In 1948, Mister Roberts began a three-year run on Broadway. Based on the novel of the same name, Mister Roberts tells the story of a miserable crew aboard a supply vessel in the Pacific in the waning months of the war. The Tony Award-winning play starred stage and screen icon Henry Fonda as the title character, Lieutenant Douglas Roberts. In 1955, the play was adapted for the screen and Fonda reprised his role as Roberts, joined by James Cagney as the ship’s detested Lieutenant Commander Morton, and Jack Lemmon as Ensign Pulver, the lackadaisical officer in charge of laundry and morale. Adding authenticity to the performance was the fact that Fonda served as a lieutenant in the US Navy during World War II.
Already an acclaimed stage and screen actor, Fonda joined the Navy on August 22, 1942. He was quoted as not wanting to “be a fake in a war studio.” At 37, Fonda was almost too old for acceptance into service, but he was determined. His Official Military Personnel File, just like those of other men and women in service with the US Navy in World War II, is held by the National Archives in St. Louis, Missouri. Fonda’s record is now digitized and available as part of the Persons of Exceptional Prominence (PEP) files. Details of Fonda’s service in the navy as well as insights into his personality can be found in his file.
“Well, I don’t want to be here, I wanna be out there. I’m sick and tired of being a lousy spectator.”
Henry Fonda as Lieutenant Roberts
Like many celebrities at the time, including Fonda’s close friend James Stewart, Fonda wanted to do more than make films to support the war effort. Although some celebrities continued to do so while in the service—making civilian films or joining film units—Fonda enlisted in the Navy to be a sailor, not a movie star.
Fonda joined the navy with a sentiment that echoed his character in Mister Roberts. “Well, I don’t want to be here, I wanna be out there," he said. "I’m sick and tired of being a lousy spectator.”
Having attended the University of Minnesota for two years, Fonda was eligible to apply for a commission upon enlisting; however, he chose to spend time as an enlisted man first. A letter in his file states that “he preferred to be enrolled in the naval service as an enlisted man, depending on his performance of duty to establish his qualifications for appointment to a commissioned rank, rather than endeavoring to secure immediately his commission, which would have been very much to his advantage financially and from the point of view of rank and prestige.” As an actor, Fonda was making $150,000 a year ($2.3 million today). An enlisted, married sailor made less than $1,600 a year (approximately $25,000 today), depending on a variety of factors. At the time of his enlistment, Fonda was married to his first wife, Frances, and they had three children (stepdaughter Frances, Peter, and Jane).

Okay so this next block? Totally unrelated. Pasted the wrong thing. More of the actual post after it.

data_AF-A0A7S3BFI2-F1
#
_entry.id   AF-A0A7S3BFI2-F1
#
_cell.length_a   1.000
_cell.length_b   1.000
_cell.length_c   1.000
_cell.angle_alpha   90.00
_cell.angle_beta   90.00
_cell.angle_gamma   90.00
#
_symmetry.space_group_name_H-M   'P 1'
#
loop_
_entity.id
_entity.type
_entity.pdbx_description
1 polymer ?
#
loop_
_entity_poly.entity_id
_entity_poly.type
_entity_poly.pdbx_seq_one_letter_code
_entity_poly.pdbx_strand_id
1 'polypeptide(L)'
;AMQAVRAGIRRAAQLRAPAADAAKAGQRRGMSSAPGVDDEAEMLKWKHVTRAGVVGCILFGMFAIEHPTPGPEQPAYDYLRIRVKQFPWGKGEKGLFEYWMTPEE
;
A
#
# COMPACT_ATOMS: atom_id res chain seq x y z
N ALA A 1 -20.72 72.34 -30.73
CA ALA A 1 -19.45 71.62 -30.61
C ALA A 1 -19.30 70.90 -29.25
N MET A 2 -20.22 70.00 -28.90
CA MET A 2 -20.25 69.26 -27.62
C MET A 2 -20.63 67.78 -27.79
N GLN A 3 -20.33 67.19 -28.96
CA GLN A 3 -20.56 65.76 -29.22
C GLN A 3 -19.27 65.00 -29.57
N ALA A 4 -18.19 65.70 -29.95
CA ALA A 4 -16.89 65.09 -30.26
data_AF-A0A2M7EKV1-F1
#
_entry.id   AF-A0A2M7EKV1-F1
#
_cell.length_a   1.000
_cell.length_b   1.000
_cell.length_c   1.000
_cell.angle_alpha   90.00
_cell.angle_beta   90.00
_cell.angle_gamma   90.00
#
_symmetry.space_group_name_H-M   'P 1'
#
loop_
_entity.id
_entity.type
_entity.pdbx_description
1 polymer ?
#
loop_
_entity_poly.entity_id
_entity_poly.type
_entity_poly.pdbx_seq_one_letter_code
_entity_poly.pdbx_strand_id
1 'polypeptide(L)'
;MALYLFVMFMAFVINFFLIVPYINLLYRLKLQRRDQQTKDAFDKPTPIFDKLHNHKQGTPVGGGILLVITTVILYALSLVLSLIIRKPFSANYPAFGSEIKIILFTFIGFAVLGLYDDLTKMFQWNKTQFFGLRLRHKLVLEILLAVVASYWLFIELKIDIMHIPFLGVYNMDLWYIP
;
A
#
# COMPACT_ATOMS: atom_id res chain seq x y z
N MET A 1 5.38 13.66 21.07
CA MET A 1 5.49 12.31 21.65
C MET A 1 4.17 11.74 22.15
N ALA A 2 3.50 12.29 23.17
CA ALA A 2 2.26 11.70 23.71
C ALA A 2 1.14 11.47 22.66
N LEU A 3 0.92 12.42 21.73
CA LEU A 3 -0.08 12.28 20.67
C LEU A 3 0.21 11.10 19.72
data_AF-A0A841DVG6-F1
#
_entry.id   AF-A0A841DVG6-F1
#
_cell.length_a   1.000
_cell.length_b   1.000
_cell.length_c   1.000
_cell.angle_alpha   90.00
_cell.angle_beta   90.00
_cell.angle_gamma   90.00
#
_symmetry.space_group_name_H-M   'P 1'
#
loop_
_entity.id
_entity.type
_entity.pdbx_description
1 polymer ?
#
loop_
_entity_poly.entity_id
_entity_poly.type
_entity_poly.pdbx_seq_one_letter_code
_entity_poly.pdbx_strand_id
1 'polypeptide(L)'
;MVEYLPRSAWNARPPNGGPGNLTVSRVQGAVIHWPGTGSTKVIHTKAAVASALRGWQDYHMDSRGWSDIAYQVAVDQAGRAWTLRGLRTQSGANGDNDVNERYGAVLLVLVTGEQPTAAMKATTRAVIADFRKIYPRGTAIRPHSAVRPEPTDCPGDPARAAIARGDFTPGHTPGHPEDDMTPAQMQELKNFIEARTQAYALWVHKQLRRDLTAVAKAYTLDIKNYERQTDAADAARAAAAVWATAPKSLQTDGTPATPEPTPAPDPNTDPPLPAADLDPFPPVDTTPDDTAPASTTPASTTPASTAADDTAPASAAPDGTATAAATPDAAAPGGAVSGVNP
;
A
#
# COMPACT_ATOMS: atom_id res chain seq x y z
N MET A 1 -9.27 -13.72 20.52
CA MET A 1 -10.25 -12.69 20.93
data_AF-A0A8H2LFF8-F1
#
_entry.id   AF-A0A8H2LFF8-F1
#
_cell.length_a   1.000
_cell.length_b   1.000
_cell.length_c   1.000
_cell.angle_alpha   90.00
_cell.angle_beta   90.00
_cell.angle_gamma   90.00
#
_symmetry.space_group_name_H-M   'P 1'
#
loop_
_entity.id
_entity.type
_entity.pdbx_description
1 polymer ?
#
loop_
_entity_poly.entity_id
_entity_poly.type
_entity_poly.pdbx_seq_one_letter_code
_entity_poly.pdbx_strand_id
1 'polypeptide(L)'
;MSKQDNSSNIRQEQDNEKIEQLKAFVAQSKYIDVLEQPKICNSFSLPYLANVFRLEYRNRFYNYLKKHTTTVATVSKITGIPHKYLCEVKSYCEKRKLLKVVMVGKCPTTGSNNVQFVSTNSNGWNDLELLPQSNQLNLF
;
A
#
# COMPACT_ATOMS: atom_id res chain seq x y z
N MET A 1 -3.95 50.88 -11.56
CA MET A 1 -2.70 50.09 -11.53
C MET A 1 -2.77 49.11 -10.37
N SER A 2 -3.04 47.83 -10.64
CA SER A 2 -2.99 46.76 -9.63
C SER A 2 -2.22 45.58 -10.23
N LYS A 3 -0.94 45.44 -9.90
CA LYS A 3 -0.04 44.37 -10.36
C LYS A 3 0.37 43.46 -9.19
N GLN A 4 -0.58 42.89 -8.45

After basic training, Fonda went to Quartermaster School, graduating in the top 10 of his class of 200. He was briefly assigned to the destroyer USS Satterlee (DD-626) as quartermaster third class. Less than a year after enlisting, Fonda underwent the application process to become an officer. Due to his age (he was 38) Fonda was commissioned at the rank of lieutenant, junior grade, instead of ensign. A memorandum regarding the justification of his appointment is filled with interesting details. Fonda was still working on a film when he decided to enlist and was commended for doing so. He was considered by his commanding officers to have demonstrated “officer-like qualities of leadership, military bearing, loyalty, judgment and intelligence.” For those familiar with Fonda’s portrayal of Mister Roberts, that description could have been written of his famous character.
After receiving a commission, Fonda became an assistant air combat information officer and air operations watch officer in the Pacific theater. In this role Fonda assisted in the planning and execution of air operations for the Marianas, Western Carolines, and Iwo Jima campaigns. For his involvement in the air operations in those campaigns, Fonda was awarded a Bronze Star. Although Fonda left active duty in November 1945, he remained a reserve officer until his resignation in 1948 because he was “overage in rank.” Despite being overage in rank to remain a naval reserve officer, Fonda would go on to portray a military officer in not only Mister Roberts, but also in iconic World War II films such as: Battle of the Bulge, Midway, and The Longest Day.
Note: Official Military Personnel Files can be requested from the National Archives through the National Personnel Records Center in St. Louis. For more information on available records and how to request them, see the Museum’s research guide. Fonda’s personnel file is part of a series called the PEP files: Persons of Exceptional Prominence. These are files of famous individuals and are being digitized by the National Archives. Digital files can be found on the National Archives website: www.archives.gov. Read Fonda's file here.